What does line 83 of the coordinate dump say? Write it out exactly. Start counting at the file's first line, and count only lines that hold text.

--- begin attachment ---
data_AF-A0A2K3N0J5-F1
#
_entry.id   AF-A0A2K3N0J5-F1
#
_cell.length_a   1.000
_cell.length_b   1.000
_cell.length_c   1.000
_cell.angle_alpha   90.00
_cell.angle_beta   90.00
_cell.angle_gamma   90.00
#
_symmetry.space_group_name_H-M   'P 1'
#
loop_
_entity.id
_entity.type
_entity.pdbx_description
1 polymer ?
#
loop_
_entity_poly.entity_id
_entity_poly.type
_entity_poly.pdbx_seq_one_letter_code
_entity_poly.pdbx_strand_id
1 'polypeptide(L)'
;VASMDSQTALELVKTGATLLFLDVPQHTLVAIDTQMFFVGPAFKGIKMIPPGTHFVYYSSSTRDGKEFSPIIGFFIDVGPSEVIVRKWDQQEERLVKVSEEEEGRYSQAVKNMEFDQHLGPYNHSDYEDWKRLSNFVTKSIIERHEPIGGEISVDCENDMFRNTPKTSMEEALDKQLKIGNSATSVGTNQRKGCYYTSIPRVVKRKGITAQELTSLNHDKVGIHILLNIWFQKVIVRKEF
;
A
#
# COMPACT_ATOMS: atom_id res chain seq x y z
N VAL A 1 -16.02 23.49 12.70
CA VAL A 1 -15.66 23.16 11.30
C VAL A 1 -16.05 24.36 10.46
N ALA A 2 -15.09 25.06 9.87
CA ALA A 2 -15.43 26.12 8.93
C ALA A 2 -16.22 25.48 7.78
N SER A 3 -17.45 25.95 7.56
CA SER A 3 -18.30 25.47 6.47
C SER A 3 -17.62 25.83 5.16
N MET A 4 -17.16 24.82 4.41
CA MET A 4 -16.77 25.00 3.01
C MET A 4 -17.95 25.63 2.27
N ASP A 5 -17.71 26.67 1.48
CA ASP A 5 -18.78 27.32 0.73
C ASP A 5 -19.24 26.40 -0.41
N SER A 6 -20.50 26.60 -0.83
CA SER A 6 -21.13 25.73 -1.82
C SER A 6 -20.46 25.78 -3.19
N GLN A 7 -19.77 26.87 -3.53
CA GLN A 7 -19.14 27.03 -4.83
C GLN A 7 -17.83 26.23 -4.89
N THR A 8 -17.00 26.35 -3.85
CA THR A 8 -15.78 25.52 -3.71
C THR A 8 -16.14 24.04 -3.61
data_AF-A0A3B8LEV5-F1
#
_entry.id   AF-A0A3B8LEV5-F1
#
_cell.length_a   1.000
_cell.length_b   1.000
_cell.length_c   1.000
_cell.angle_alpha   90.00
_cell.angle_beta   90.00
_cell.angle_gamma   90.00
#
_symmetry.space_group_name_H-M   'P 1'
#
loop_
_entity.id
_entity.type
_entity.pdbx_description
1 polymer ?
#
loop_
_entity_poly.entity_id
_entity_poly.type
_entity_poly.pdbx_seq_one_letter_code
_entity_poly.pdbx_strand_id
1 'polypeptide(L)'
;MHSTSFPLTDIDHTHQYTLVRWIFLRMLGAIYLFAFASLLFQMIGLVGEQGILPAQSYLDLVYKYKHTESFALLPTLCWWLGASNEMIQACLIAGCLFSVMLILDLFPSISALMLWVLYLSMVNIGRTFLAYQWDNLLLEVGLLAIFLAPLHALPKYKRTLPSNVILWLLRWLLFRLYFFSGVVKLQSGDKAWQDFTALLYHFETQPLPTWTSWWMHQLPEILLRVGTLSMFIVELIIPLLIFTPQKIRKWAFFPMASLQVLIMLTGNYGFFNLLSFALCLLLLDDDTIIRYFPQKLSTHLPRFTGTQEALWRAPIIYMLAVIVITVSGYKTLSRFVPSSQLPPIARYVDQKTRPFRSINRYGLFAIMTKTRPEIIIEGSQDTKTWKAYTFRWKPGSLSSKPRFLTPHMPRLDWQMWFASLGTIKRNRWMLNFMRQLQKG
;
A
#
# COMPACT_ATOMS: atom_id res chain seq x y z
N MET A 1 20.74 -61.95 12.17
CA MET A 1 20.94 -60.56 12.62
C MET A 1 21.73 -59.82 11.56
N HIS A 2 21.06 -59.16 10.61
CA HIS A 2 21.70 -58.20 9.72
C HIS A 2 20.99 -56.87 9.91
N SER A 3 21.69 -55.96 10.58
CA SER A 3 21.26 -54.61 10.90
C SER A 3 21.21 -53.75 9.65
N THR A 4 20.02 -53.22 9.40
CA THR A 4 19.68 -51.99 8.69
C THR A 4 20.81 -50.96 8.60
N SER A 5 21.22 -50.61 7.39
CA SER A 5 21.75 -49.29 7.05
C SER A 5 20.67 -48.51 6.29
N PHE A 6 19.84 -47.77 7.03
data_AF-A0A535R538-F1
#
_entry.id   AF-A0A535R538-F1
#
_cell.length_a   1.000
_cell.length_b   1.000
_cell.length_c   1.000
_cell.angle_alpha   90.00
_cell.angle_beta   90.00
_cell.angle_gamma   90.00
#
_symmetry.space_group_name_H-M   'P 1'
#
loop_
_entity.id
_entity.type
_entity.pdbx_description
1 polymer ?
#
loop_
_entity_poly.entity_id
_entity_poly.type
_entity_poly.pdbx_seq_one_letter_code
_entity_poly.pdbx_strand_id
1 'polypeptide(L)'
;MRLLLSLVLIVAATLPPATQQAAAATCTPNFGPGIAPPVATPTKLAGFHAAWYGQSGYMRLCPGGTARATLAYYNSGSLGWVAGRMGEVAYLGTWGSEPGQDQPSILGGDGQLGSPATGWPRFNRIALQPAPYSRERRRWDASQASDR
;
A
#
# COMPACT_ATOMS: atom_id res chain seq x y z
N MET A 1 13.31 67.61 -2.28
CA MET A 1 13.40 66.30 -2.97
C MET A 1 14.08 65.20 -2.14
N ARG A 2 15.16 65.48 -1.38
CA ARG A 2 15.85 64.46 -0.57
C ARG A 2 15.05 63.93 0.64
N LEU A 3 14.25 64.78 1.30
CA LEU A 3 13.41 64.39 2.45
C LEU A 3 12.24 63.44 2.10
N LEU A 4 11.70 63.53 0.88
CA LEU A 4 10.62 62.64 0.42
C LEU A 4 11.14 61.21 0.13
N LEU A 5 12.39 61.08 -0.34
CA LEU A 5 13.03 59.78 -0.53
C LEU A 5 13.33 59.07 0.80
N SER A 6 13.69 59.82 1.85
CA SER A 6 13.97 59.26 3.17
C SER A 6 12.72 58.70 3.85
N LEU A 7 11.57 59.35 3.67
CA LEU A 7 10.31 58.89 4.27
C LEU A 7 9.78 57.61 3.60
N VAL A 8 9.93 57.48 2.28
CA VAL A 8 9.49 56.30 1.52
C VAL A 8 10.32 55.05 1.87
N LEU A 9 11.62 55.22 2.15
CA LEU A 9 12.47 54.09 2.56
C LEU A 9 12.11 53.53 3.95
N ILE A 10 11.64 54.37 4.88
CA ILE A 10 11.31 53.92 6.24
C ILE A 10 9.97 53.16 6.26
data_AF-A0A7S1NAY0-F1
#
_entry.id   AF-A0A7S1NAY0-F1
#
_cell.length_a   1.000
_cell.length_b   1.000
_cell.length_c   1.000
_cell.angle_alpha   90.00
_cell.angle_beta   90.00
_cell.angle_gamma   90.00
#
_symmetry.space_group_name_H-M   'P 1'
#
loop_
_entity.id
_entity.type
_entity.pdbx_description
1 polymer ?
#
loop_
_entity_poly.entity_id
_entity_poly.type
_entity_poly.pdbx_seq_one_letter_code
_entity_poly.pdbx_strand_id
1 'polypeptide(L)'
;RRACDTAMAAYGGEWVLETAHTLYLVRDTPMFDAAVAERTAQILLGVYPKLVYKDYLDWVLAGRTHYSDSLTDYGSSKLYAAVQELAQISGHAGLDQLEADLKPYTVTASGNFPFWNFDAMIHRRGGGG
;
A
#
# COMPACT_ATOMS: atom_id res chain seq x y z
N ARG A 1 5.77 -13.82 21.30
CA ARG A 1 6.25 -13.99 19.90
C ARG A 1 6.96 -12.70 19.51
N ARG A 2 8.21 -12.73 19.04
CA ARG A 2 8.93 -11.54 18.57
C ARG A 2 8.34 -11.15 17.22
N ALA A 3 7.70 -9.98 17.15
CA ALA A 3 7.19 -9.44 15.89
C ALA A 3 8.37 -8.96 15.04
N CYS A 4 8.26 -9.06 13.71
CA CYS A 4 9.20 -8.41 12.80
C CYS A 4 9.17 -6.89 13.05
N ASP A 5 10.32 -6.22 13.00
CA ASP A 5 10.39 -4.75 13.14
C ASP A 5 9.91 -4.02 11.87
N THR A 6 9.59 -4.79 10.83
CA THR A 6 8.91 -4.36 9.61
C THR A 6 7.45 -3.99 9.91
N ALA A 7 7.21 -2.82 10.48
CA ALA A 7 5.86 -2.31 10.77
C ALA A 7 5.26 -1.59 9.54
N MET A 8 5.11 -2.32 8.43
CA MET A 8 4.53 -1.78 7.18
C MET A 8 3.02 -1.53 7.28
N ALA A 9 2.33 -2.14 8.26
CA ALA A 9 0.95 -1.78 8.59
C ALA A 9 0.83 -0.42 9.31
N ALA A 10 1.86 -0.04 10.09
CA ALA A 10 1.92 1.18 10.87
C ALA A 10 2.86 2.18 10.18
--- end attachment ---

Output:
#